OOOOH! Color! Starting from a pure green base, sample swatches are tested on a scrap veneer. Colors are mixed in increments until the target color is reached. Dyes are mixed in 2 oz of plain water. 22g means 22 drops of green while 12b indicates how many of blue. Without clear finish, it looks rather drab but the color will darken with finish coats. I may also add a similar recipe of dyes to the first coats of finish to "warm" it up and further intensify the color. The wood has a blondish cast I dont care for so this will also get rid of that. I kept thinking of my vacation in the Keys and remembering the color of the water as we drove the Rt 1 bridge as I mixed the color.......

That's about as dreamy a connection as I would've come up with. Blessings from Key West!

3 coats of stain should do it for this phase. A light sanding between the first 2 coats will intesify the contrast.
Next a few coats of finish will be applied to help protect the wood as I finish sanding and shaping the rest of the instrument.

For those fellow dulcimer enthusiasts and luthiers who are reading this - I'm not putting every last bit of detail in the e-mail - some things have to remain magic.

Sunday, April 09, 2006

A Knight Of The Round

Central Florida Folk had another one of its shows in the magnificent backyard of Mark Fodor. Deep in the heart of Orlando, this place is a little garden of eden on a resedential street; two stages, nicely landscaped. Bring on the potluck and a donation for the artists and invite the neighbors, that's how it rolls out. Last night, it was Bill and Eli of BluesGotUs and the incredible Scott Ainsley, whom Eric Clapton once called "the most important blues musician who ever lived."

Both shows were great - Bill and Eli are a fun couple and Bulldog Ben sat in on harmonica. Scott Ainsley was amazing. His presentation laced the authentic music with stories and history that made the music come even more alive. His picking was simply jaw-dropping, he sang the blues with great pain. I'm kind of embarassed that the crowd was so small; the CFF hasn't been able to successfully promote these shows in this beautiful space.

After the show came the jam, though not as usual, because everytime, it's different. Last night, we sat in a circle on the second stage, bathed in blue floodlights, and introduced songs. In the circle was Susie Cool, Bulldog Ben, a younger man from Tampa named Toby, CFF president Barry Brogan, me and Scott Ainsley. I tuned to open C, thinking it would give me more options; lucky guess. Mark Fodor made a sly song suggestion in the shape of "Flowers On The Wall" when it came my turn to toss in - so we did a pretty rowdy version of it. When it came around again, we did "Interstate 10 Blues" - and MAN did it smoke! What an honor to sit in a round of musicians like this and pass that ball. I had the four string and six-string handy (with Angelique on stand-by in the truck, in case we'd be plugging-in) but ended up going with the six-string ("Nikki") all night. With two steel resonators and two guitars, the dulcimer needs to double efforts to compete. (Two words that musicians hate to hear: turn down. Two more words that musicians hate to hear: gotta tune.)

Thursday, April 06, 2006

New Fun In The Mail

My Jerry Rockwell books arrived and I am really happy about that. I ordered "Music Theory and Chord Reference For The Mountain Dulcimer", and a couple of song books of tablature, but it also came with a CD of some whacked-out electro-dulcimer experiments that are as boundary-pushing as anything out there in Dulcimerica. And that's right, I've coined the term "Dulcimerica", because it doesn't exist anywhere on the internet, and in about a week, the first times it pops up, my name will be associated with it.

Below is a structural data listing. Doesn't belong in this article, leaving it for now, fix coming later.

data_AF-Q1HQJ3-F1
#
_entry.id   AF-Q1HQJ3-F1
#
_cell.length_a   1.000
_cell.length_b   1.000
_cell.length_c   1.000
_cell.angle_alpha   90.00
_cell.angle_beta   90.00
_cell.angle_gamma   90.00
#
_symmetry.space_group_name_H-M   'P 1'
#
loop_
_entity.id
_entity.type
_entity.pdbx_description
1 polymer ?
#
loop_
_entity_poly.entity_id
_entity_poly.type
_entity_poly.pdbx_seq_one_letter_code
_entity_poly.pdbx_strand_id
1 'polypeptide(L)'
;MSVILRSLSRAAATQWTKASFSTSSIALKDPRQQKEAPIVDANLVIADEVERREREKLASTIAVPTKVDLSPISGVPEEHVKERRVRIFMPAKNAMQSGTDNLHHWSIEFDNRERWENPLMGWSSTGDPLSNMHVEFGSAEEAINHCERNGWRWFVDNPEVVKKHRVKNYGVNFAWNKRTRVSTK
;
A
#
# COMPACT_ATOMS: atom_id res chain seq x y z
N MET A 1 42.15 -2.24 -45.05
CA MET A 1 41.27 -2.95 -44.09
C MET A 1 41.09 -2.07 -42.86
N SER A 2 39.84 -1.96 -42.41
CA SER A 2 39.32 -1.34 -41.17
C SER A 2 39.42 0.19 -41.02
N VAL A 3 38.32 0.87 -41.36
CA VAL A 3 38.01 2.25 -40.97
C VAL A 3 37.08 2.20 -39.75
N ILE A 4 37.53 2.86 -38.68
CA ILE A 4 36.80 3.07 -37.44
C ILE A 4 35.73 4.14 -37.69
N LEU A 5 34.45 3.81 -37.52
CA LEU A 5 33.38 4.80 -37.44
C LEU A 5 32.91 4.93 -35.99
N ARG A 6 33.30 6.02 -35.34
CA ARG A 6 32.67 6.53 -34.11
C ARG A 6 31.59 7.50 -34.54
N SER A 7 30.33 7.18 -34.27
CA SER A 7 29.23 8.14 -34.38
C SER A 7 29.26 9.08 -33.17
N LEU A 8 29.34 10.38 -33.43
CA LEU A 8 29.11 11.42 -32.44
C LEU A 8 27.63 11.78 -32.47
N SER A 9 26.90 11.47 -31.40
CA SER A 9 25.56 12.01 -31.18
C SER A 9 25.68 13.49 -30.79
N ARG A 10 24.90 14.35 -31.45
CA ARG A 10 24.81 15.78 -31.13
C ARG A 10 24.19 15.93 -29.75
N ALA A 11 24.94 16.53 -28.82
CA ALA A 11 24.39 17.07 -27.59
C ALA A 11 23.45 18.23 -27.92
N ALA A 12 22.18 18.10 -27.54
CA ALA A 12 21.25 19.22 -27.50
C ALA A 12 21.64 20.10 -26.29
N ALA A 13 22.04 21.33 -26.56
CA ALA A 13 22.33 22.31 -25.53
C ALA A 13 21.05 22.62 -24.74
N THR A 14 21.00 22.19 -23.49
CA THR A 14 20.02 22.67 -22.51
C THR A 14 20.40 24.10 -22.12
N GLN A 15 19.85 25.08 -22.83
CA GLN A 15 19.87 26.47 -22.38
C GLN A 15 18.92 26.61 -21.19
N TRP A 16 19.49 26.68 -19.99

God, I love the web.

And then I'm reminded of the naked pictures of me anchored somewhere in the blizzard of ones and zeros and then I rethink that whole "love" issue.

We don't live in a very bright house, in fact our cable connection is actually pretty stupid. Jae and I would very much like for the little green light second from the bottom of the modem to stop blinking slo-w-ly and stay the hell on so we can get some work done online. Right now, we're doing a bunch of work offline and then shooting it over when service is back up, which is every five minutes with breaks of twenty. Yeah. It's like that.

And I'm typing with a handicapped pinky, crushed by another cruel piece of electrician's hardware. In the past three weeks, I've fractured my right big toe, sprained my left wrist and then jammed my right pinky earlier today; both digits are swollen but the wrist is making a comeback. So, playing dulcimer right now has been an exercise in sheer passion. It's like, "what would you do for the revolution?"

"I'd practice injured!"

Tuesday, April 04, 2006

The First Of April.mp3

While diving into the music this past weekend, I decided to write some backing tracks for one of the guys, Leon Aguilar, to sing over. Leon's an up and coming writer/performer and I really like his style - so I cooked up "The First Of April."

Most of the sounds are dulcimer, including the long sustained, synthesizer-type notes that were created by using the EBow. The drums are edited loops, the bass is some edited loopage and some real-time input. The horns and strings at the end are sounds from my Roland Fantom keyboard and there are a couple of little effects here and there. It sounds, to me, a little like a David Bowie song - which is kinda cool. The odd song structure struck me as being "right" - with a big rocking bridge in place of a second verse and a large breakdown section with not a lot of drums. I'm eager to see what Leon comes up with - in the meantime, I've got some of my own ideas and designs about how this may translate.

Bing Futch - The First Of April.mp3